The group began making head way. They found a rhythm and used it. Kill a target, move a couple of feet, and set for the next assault. They had hope in their eyes.
That’s when one of them noticed the demons in the portal. Through the crowd a large demon, huge and bulky, was advancing up the bridge. It was shoving the smaller demons out of its way and off the bridge. It reached the portal and stepped through. It roared so loud it shook the walls.
The group gave up an even push and shoved for the entrance way. Launching every spell and weapon at the zombies in their path they made their way up through the tomb and reached the stairs. They healer led the children to safety. The archer followed and took charge of the kids as the healer prepared the ritual to seal the tomb. The tank and caster worked to move the giant stone slab into place and started piling everything heavy on top of it.
Then the spider demon attacked.
A creature made of nightmares bound from the shadows. It was the acolyte stitched back together in an unholy way. Limbs protruded at odd angles. He crab-walked around the room, his head firmly fixed the wrong way around glared at the players. It screamed in pain and terror as it attacked the player. It tried to focus the healer as he worked the ritual. The rest of the team alternated between killing it and protecting the healer and the children.
Rounds went by and the healer made one check after another until the ritual was complete. The demon died shortly after that. Silence fell over the tomb.
The high priest of the snake god’s temple fired an arrow that slew the Valkyrie. The music in the movie ended.
This is my best memory of D&D. My players hadn’t all met before that first night. They came in pairs. Two of them hadn’t ever played D&D before. That weekend was filled with great moments. I had the joy of describing the villain for the third time and having one of my players announce, “I fucking hate this guy.” I ran an adventure I wrote in a museum surrounded by art, music, and other games and gamers.
That moment was a combination of the encounter working just the way I envisioned it. Moving with highs and lows as the players fought against them. It went from getting the drop on the cultists to being discovered. Killing the acolyte only to have him open the portal and free the demons. Finding a balance with the demons only to have the huge ones begin to spill into the room. Getting out of the tomb to be attacked by the spider demon. Every moment had a counter point. Every low cam with a boost. The explosion of the portal opening killed cultists. The large demon roaring destroyed demons. The balance of these things worked fantastically.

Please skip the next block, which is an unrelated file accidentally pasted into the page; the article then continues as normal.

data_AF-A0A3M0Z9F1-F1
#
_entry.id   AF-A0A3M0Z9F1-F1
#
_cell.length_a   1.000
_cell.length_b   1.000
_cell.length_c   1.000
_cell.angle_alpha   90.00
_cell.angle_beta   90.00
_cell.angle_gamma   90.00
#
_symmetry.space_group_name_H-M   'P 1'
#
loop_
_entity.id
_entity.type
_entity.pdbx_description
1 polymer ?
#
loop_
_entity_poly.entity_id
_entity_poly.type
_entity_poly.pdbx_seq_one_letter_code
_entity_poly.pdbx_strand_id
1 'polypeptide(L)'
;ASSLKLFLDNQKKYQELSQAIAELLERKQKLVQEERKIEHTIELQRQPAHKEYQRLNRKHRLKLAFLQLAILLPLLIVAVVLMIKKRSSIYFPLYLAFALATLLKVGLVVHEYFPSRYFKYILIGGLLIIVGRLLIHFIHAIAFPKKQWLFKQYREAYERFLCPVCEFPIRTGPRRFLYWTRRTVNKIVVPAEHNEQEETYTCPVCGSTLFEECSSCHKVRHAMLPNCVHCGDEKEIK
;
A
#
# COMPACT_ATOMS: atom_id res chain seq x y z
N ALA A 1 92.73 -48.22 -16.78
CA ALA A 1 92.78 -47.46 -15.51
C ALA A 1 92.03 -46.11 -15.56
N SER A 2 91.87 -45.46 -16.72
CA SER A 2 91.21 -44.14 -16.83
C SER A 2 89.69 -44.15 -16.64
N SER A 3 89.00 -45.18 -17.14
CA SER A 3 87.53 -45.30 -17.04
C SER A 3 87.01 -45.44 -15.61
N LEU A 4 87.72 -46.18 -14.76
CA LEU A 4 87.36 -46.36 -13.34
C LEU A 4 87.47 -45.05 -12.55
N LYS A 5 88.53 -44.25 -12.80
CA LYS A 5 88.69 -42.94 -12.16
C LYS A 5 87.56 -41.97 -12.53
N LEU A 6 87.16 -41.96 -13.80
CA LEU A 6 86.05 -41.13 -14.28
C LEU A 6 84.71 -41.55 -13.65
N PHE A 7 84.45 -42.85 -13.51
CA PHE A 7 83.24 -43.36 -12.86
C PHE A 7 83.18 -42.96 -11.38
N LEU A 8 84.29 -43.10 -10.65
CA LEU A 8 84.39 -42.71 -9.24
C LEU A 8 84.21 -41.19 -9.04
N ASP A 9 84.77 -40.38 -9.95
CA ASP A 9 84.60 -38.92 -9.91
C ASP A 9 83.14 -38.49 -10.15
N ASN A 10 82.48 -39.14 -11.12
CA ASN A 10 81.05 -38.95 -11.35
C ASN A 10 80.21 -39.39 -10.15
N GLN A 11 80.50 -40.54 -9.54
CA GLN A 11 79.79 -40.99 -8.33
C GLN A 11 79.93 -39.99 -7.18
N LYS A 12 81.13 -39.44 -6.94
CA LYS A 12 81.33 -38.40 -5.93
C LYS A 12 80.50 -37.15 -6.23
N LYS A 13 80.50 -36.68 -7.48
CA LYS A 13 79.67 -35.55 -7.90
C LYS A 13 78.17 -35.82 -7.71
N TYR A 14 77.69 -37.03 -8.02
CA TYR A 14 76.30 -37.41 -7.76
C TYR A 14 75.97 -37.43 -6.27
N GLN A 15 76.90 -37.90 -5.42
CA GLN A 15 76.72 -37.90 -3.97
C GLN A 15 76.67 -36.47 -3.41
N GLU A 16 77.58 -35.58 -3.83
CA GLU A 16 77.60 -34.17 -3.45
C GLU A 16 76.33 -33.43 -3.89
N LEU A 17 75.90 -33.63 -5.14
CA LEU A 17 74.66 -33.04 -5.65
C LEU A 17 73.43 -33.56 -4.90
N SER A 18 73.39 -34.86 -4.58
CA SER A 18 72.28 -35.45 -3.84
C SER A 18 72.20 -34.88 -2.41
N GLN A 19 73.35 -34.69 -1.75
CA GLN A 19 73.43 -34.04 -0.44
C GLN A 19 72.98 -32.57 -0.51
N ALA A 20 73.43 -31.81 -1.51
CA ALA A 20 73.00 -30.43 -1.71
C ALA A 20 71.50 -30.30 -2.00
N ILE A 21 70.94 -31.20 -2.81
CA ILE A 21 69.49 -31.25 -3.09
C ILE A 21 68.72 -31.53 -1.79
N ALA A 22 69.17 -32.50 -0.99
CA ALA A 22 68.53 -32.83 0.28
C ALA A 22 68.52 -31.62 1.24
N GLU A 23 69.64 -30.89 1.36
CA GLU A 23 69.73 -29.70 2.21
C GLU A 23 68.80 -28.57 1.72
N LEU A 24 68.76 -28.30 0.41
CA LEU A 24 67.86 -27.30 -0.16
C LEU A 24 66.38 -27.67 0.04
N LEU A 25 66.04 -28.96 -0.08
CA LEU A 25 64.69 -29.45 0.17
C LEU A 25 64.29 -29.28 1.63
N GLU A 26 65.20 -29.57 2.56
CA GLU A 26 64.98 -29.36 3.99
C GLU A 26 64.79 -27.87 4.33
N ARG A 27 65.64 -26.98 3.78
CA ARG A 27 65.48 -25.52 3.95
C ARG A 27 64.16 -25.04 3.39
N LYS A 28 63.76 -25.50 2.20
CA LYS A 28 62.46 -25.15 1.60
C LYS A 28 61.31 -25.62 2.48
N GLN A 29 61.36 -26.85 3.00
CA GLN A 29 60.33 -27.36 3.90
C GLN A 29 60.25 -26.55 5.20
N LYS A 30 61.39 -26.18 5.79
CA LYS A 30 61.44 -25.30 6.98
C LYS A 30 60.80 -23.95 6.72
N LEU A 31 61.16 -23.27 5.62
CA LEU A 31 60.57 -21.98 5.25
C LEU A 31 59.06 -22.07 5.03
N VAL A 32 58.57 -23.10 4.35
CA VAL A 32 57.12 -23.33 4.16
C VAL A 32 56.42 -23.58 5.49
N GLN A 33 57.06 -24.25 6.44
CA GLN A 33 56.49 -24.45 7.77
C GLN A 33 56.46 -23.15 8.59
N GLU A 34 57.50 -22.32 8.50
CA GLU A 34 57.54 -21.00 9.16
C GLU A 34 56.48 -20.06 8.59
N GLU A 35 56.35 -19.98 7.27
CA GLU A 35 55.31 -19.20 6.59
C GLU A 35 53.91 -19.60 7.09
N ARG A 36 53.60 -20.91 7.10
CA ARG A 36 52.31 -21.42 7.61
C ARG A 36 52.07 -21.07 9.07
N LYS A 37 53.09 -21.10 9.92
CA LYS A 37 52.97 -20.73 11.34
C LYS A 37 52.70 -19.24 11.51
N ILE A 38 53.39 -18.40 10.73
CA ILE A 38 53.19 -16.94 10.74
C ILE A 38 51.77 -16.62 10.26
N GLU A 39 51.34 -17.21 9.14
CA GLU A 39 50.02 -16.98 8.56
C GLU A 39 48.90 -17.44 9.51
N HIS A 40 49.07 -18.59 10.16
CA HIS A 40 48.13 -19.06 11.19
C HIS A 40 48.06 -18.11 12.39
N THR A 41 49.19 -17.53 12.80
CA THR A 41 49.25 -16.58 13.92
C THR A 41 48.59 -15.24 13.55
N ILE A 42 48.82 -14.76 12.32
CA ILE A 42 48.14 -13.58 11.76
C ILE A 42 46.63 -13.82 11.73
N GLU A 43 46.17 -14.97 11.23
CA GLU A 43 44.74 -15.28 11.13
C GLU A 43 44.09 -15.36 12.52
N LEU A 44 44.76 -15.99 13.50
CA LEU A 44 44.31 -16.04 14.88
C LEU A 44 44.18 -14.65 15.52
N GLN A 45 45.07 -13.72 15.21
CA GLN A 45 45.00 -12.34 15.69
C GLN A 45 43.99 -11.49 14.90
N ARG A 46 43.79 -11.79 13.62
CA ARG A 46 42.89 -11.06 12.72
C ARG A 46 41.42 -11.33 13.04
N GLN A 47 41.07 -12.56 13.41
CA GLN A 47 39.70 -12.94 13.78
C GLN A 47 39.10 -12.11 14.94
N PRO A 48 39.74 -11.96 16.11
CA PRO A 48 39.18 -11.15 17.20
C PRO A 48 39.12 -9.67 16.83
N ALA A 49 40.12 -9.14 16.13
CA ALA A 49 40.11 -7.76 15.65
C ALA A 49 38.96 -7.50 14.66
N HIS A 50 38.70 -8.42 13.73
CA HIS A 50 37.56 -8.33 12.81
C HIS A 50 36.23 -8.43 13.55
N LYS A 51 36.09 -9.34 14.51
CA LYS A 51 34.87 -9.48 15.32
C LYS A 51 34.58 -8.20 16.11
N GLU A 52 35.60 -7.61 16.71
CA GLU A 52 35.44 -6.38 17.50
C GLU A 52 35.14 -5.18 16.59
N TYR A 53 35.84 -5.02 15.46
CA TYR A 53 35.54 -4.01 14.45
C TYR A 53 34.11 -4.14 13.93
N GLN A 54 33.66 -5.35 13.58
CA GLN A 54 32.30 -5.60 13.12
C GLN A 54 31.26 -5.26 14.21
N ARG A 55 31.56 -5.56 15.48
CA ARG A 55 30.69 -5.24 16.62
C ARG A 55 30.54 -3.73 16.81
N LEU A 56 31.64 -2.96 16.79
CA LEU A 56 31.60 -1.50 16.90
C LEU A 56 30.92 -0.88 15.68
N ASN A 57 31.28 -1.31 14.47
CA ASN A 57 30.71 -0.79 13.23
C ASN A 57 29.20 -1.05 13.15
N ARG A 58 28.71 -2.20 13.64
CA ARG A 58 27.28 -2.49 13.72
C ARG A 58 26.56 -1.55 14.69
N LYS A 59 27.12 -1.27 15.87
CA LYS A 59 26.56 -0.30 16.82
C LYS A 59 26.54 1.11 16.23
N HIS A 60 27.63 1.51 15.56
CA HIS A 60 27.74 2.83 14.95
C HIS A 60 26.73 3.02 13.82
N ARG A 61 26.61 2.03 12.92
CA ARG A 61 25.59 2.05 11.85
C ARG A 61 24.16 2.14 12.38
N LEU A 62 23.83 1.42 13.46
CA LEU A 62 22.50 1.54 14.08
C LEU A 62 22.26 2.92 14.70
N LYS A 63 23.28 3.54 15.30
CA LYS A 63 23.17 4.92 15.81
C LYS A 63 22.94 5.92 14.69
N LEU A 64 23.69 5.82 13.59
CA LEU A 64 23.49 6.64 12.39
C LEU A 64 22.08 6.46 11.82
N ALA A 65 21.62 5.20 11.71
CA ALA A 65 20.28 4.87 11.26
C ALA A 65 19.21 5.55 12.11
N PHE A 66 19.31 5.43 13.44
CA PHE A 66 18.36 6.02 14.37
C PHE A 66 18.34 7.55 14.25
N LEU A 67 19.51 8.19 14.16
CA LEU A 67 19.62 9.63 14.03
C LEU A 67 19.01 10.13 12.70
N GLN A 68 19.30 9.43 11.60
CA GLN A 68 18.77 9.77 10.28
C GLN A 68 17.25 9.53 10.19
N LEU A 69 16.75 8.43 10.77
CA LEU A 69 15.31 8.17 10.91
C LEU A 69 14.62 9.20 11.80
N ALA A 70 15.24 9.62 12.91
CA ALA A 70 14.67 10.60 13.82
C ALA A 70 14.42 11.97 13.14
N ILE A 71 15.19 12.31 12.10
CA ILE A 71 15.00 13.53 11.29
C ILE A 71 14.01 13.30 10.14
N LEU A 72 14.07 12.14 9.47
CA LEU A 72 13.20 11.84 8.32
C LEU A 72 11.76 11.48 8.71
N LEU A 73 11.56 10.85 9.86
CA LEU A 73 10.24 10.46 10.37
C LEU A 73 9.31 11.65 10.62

Add to this the players themselves were a huge part of this. As much as they swore when something bad happened they told jokes. They laughed at critical failures and cheered critical hits. Without having ever met they jelled in such a great way. They all told me what a great time they’d had and how much fun it had been. Everybody enjoyed themselves. They worked together in a way I rarely see seasoned players function as a team.
Finally, the music. I don’t know how I did it. I know I’d never succeed at it if I tried to do it on purpose. Somehow that fight lasted exactly as long as the sequence from that movie. From one end to the other it just flowed. From the music starting when I asked for initiative to the last note playing as the spider demon fell. I can’t imagine how it happened or worked.
I love D&D and other role-play games. I’ve have many experiences both good and bad over the many years I’ve played. Some of them are games I’ve run some I’ve played in. Some are D&D and then there are other things as well. I’ll share some of them here as I go forward.